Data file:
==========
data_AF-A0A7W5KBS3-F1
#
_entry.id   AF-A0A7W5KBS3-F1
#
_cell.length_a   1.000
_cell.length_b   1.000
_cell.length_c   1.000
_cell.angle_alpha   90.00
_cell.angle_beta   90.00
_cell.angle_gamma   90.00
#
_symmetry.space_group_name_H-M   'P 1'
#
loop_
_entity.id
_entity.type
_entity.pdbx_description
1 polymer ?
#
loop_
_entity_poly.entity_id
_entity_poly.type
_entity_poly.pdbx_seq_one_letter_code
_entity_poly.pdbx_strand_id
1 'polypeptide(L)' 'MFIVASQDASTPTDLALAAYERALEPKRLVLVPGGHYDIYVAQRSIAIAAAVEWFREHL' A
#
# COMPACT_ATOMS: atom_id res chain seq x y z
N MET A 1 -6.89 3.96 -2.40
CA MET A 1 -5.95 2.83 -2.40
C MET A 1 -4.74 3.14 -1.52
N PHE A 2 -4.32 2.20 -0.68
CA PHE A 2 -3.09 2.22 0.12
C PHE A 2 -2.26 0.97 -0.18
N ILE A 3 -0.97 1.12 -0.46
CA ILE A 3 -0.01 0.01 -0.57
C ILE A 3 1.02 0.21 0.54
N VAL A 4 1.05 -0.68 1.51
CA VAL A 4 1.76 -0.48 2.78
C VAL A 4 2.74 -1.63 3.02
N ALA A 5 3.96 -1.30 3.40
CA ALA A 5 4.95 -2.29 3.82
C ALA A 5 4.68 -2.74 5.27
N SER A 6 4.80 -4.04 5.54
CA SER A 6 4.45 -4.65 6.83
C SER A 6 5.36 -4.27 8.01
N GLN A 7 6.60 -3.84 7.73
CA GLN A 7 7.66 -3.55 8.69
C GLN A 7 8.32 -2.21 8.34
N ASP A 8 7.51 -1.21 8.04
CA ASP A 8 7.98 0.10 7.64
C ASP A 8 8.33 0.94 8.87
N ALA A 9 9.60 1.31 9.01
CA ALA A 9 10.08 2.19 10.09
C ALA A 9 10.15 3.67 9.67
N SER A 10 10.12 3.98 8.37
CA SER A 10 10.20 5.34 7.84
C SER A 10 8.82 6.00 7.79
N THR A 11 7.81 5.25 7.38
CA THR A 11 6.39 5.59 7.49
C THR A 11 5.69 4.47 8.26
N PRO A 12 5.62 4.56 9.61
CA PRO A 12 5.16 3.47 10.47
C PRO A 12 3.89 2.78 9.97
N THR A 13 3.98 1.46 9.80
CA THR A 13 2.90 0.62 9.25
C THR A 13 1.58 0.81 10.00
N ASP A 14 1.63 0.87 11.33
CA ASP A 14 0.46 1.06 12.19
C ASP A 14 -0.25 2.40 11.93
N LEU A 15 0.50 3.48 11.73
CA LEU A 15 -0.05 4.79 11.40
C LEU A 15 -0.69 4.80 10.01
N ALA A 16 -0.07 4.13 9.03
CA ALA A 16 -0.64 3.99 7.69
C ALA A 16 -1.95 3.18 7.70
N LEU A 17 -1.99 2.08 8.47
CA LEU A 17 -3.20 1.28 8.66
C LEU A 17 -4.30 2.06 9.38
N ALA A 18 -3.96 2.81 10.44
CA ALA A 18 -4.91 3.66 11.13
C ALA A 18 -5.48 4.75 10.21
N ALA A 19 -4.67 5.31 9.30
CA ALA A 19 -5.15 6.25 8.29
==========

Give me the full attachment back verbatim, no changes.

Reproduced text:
data_AF-A0A7W5KBS3-F1
#
_entry.id   AF-A0A7W5KBS3-F1
#
_cell.length_a   1.000
_cell.length_b   1.000
_cell.length_c   1.000
_cell.angle_alpha   90.00
_cell.angle_beta   90.00
_cell.angle_gamma   90.00
#
_symmetry.space_group_name_H-M   'P 1'
#
loop_
_entity.id
_entity.type
_entity.pdbx_description
1 polymer ?
#
loop_
_entity_poly.entity_id
_entity_poly.type
_entity_poly.pdbx_seq_one_letter_code
_entity_poly.pdbx_strand_id
1 'polypeptide(L)' 'MFIVASQDASTPTDLALAAYERALEPKRLVLVPGGHYDIYVAQRSIAIAAAVEWFREHL' A
#
# COMPACT_ATOMS: atom_id res chain seq x y z
N MET A 1 -6.89 3.96 -2.40
CA MET A 1 -5.95 2.83 -2.40
C MET A 1 -4.74 3.14 -1.52
N PHE A 2 -4.32 2.20 -0.68
CA PHE A 2 -3.09 2.22 0.12
C PHE A 2 -2.26 0.97 -0.18
N ILE A 3 -0.97 1.12 -0.46
CA ILE A 3 -0.01 0.01 -0.57
C ILE A 3 1.02 0.21 0.54
N VAL A 4 1.05 -0.68 1.51
CA VAL A 4 1.76 -0.48 2.78
C VAL A 4 2.74 -1.63 3.02
N ALA A 5 3.96 -1.30 3.40
CA ALA A 5 4.95 -2.29 3.82
C ALA A 5 4.68 -2.74 5.27
N SER A 6 4.80 -4.04 5.54
CA SER A 6 4.45 -4.65 6.83
C SER A 6 5.36 -4.27 8.01
N GLN A 7 6.60 -3.84 7.73
CA GLN A 7 7.66 -3.55 8.69
C GLN A 7 8.32 -2.21 8.34
N ASP A 8 7.51 -1.21 8.04
CA ASP A 8 7.98 0.10 7.64
C ASP A 8 8.33 0.94 8.87
N ALA A 9 9.60 1.31 9.01
CA ALA A 9 10.08 2.19 10.09
C ALA A 9 10.15 3.67 9.67
N SER A 10 10.12 3.98 8.37
CA SER A 10 10.20 5.34 7.84
C SER A 10 8.82 6.00 7.79
N THR A 11 7.81 5.25 7.38
CA THR A 11 6.39 5.59 7.49
C THR A 11 5.69 4.47 8.26
N PRO A 12 5.62 4.56 9.61
CA PRO A 12 5.16 3.47 10.47
C PRO A 12 3.89 2.78 9.97
N THR A 13 3.98 1.46 9.80
CA THR A 13 2.90 0.62 9.25
C THR A 13 1.58 0.81 10.00
N ASP A 14 1.63 0.87 11.33
CA ASP A 14 0.46 1.06 12.19
C ASP A 14 -0.25 2.40 11.93
N LEU A 15 0.50 3.48 11.73
CA LEU A 15 -0.05 4.79 11.40
C LEU A 15 -0.69 4.80 10.01
N ALA A 16 -0.07 4.13 9.03
CA ALA A 16 -0.64 3.99 7.69
C ALA A 16 -1.95 3.18 7.70
N LEU A 17 -1.99 2.08 8.47
CA LEU A 17 -3.20 1.28 8.66
C LEU A 17 -4.30 2.06 9.38
N ALA A 18 -3.96 2.81 10.44
CA ALA A 18 -4.91 3.66 11.13
C ALA A 18 -5.48 4.75 10.21
N ALA A 19 -4.67 5.31 9.30
CA ALA A 19 -5.15 6.25 8.29